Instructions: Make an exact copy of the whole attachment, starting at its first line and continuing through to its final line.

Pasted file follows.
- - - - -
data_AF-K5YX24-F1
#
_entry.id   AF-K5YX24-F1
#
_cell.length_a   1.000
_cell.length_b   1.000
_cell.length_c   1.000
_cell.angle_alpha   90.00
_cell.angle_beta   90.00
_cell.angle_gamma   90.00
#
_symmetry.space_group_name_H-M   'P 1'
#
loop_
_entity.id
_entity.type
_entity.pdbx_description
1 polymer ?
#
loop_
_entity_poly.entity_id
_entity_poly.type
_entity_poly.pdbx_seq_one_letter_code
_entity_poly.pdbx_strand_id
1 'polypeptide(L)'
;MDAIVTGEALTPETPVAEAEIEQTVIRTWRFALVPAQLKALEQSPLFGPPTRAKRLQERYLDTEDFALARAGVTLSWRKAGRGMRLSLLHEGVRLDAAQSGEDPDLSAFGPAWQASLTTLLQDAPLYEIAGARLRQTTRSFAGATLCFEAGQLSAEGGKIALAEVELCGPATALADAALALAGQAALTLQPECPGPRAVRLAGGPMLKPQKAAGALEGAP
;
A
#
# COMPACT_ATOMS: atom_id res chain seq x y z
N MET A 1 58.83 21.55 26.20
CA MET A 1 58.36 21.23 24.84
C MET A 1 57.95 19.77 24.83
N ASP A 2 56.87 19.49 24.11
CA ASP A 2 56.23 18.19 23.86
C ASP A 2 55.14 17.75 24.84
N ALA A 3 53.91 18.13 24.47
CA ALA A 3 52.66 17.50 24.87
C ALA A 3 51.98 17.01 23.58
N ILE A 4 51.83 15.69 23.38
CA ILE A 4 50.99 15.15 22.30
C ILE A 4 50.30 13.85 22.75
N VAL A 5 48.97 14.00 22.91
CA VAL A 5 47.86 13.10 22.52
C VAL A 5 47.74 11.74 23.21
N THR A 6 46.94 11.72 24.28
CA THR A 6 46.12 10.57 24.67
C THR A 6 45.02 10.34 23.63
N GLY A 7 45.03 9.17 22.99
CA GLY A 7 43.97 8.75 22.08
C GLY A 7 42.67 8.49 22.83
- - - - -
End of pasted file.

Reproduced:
data_AF-K5YX24-F1
#
_entry.id   AF-K5YX24-F1
#
_cell.length_a   1.000
_cell.length_b   1.000
_cell.length_c   1.000
_cell.angle_alpha   90.00
_cell.angle_beta   90.00
_cell.angle_gamma   90.00
#
_symmetry.space_group_name_H-M   'P 1'
#
loop_
_entity.id
_entity.type
_entity.pdbx_description
1 polymer ?
#
loop_
_entity_poly.entity_id
_entity_poly.type
_entity_poly.pdbx_seq_one_letter_code
_entity_poly.pdbx_strand_id
1 'polypeptide(L)'
;MDAIVTGEALTPETPVAEAEIEQTVIRTWRFALVPAQLKALEQSPLFGPPTRAKRLQERYLDTEDFALARAGVTLSWRKAGRGMRLSLLHEGVRLDAAQSGEDPDLSAFGPAWQASLTTLLQDAPLYEIAGARLRQTTRSFAGATLCFEAGQLSAEGGKIALAEVELCGPATALADAALALAGQAALTLQPECPGPRAVRLAGGPMLKPQKAAGALEGAP
;
A
#
# COMPACT_ATOMS: atom_id res chain seq x y z
N MET A 1 58.83 21.55 26.20
CA MET A 1 58.36 21.23 24.84
C MET A 1 57.95 19.77 24.83
N ASP A 2 56.87 19.49 24.11
CA ASP A 2 56.23 18.19 23.86
C ASP A 2 55.14 17.75 24.84
N ALA A 3 53.91 18.13 24.47
CA ALA A 3 52.66 17.50 24.87
C ALA A 3 51.98 17.01 23.58
N ILE A 4 51.83 15.69 23.38
CA ILE A 4 50.99 15.15 22.30
C ILE A 4 50.30 13.85 22.75
N VAL A 5 48.97 14.00 22.91
CA VAL A 5 47.86 13.10 22.52
C VAL A 5 47.74 11.74 23.21
N THR A 6 46.94 11.72 24.28
CA THR A 6 46.12 10.57 24.67
C THR A 6 45.02 10.34 23.63
N GLY A 7 45.03 9.17 22.99
CA GLY A 7 43.97 8.75 22.08
C GLY A 7 42.67 8.49 22.83